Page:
Do you feel like you were born in the wrong generation? Do you envy the people in middle ages who didn’t have to worry about their 9-5 job or paying hundreds to thousands of dollars in rent? Well, you don’t know the half of the utterly filthy life people lived in the middle ages.
The cities had high population but lacked sewers. It was not until the last 200 years that waste management was a thing. People simply dumped the waste out from their window onto the streets where it piled up.
Cities like London and Rome had open drains or gutters for waste water along the center of the street. They were called ‘Kennels’. In Paris, such open sewers were called ‘split streets’ because the running waste water physically split the streets into two halves.
Only the upper class and wealthy could afford clean drinking water. However, they were delivered through lead pipes which led to heavy metal poisoning. Also, they were the only ones who could build a sewage system in their houses.
Romans built public toilets with proper drainage systems but this meant that hundreds of people would have to share the same toilet so people chose not to go with that option. It was easier to just dump the waste onto the streets and this was the standard way of waste disposal for much of history. Sometimes the pile of waste was so deep that stepping stones had to be built to traverse them.
Medieval London made it illegal to dump waste from the windows but nobody cared about the rules. It was recommended that people throw the waste into the river Thames, the same river people drank water from.
Why didn’t anybody do anything about this?
You see, people weren’t healthy enough to take action. The middle age population was too busy trying to keep themselves alive from the deadly and hideous diseases. There were no cures and medication for diseases such as leprosy, diabetes, dysentery and measles. If someone suffered from a disease, death was almost certain. But if you were lucky enough, you’d just end up with an amputated limb.
What happened to the pile of waste and open sewers?
In London, sewage collectors known as muck rakers would roam the streets and collect all the waste to sell it to local farmers as fertilizers. After gunpowder was taken on by municipal outhouses, the piled waste became an important source of raw material for the making of saltpeter (potassium nitrate) in European countries. The collected waste delivered to the nitrite beds where it was laid into specially designed soil beds to produce earth rich in mineral nitrates. The nitrate rich-earth would be then further processed to produce saltpeter, an important ingredient in black powder that was then used to make gunpowder.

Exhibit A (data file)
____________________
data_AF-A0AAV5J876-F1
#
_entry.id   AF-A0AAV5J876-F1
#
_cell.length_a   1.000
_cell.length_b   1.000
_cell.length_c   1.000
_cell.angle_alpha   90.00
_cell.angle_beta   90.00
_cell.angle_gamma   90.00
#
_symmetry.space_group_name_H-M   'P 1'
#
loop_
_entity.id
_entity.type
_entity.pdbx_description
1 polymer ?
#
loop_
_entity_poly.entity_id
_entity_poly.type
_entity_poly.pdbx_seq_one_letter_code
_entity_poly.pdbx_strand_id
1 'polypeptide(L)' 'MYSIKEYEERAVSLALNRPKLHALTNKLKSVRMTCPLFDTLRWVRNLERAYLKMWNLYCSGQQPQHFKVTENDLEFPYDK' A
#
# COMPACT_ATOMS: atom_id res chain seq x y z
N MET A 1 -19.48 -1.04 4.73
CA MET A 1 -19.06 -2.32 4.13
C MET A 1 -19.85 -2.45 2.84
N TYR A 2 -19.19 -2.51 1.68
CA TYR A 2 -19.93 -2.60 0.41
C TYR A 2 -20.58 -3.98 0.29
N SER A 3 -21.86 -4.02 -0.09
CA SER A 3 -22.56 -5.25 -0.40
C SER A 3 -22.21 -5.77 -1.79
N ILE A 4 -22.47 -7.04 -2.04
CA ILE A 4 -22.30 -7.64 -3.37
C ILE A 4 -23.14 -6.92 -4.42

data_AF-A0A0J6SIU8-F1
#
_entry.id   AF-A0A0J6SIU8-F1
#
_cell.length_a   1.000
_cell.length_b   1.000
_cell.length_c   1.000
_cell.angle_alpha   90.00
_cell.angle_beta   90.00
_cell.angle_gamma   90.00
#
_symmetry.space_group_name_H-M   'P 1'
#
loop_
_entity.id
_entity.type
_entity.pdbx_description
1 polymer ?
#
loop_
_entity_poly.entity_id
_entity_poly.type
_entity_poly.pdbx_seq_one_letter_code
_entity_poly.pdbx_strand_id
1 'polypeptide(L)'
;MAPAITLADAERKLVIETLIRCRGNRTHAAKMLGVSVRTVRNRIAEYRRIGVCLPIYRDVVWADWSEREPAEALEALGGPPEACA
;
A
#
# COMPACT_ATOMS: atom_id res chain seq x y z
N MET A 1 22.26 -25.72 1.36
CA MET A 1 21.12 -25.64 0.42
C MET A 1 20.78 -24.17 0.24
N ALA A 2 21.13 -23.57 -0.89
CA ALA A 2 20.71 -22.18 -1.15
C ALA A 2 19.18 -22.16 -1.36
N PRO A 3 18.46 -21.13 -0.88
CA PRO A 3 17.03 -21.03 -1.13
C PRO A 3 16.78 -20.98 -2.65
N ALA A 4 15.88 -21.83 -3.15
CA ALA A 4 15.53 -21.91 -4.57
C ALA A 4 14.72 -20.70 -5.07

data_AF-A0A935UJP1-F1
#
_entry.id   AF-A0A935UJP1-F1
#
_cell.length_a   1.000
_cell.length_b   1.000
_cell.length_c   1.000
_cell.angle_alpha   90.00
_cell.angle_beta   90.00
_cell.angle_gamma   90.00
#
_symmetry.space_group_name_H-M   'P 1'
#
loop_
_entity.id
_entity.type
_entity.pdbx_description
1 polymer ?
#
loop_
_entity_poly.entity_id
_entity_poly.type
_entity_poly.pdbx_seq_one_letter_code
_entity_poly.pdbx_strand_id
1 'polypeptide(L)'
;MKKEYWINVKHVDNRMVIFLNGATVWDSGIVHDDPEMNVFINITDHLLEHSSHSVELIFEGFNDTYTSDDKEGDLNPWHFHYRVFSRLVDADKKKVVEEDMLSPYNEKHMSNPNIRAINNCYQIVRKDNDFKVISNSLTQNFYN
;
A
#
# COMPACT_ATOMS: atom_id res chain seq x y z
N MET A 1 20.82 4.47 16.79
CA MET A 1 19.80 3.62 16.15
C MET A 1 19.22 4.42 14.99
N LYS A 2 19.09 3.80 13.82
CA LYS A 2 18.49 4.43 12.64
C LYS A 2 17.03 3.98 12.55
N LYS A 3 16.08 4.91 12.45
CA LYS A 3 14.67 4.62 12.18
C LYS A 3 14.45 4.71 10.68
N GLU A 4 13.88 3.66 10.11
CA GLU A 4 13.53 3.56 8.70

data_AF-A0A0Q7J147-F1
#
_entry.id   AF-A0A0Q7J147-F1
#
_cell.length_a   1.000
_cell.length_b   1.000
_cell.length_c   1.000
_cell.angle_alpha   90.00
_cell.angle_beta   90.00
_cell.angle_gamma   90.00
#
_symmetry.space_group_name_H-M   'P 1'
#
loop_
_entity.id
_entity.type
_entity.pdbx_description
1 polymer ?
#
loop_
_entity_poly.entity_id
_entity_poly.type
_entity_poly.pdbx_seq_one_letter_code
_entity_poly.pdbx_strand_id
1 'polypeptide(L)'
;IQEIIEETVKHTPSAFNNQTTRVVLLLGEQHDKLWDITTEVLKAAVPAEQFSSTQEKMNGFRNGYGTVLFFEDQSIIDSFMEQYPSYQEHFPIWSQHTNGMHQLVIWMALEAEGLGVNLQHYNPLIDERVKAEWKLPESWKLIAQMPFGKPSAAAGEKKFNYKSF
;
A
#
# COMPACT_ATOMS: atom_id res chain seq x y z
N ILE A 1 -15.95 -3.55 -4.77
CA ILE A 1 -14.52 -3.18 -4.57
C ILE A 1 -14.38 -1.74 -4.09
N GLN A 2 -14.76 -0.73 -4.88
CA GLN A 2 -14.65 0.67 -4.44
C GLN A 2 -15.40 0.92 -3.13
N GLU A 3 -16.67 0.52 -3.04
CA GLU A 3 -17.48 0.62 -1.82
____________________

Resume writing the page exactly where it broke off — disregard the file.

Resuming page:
Soon, ‘sewage farms” began to emerge in cities like Edinburgh, Paris and Berlin. These farms are used wastewater for agricultural purposes.
With the start of the industrial revolution, more people migrated to cities to work in the factories. The growth of finished goods and mass manufacturing by industries meant that farmers had increased free time to realize that cities needed to be better places to live peacefully. People realized that this sort of unregulated disposal of waste in the streets was a problem.
Edwin Chadwick released a report in 1854 which paved way for the ‘Sanitation Movement’. His report became a major catalyst for political people to realize that the population will soon cause mayhem unless something is done about the waste.
Sewer systems were soon introduced. The London sewer system was built in 1859 and is the same one used by the city today. Some European cities destroyed everything and rebuilt the cities above sewer systems because it was difficult to dig up every street. The city of Chicago lifted themselves by four feet to install pipes.
So, let’s be happy we live in a modern world where we don’t have to worry about poop on the street.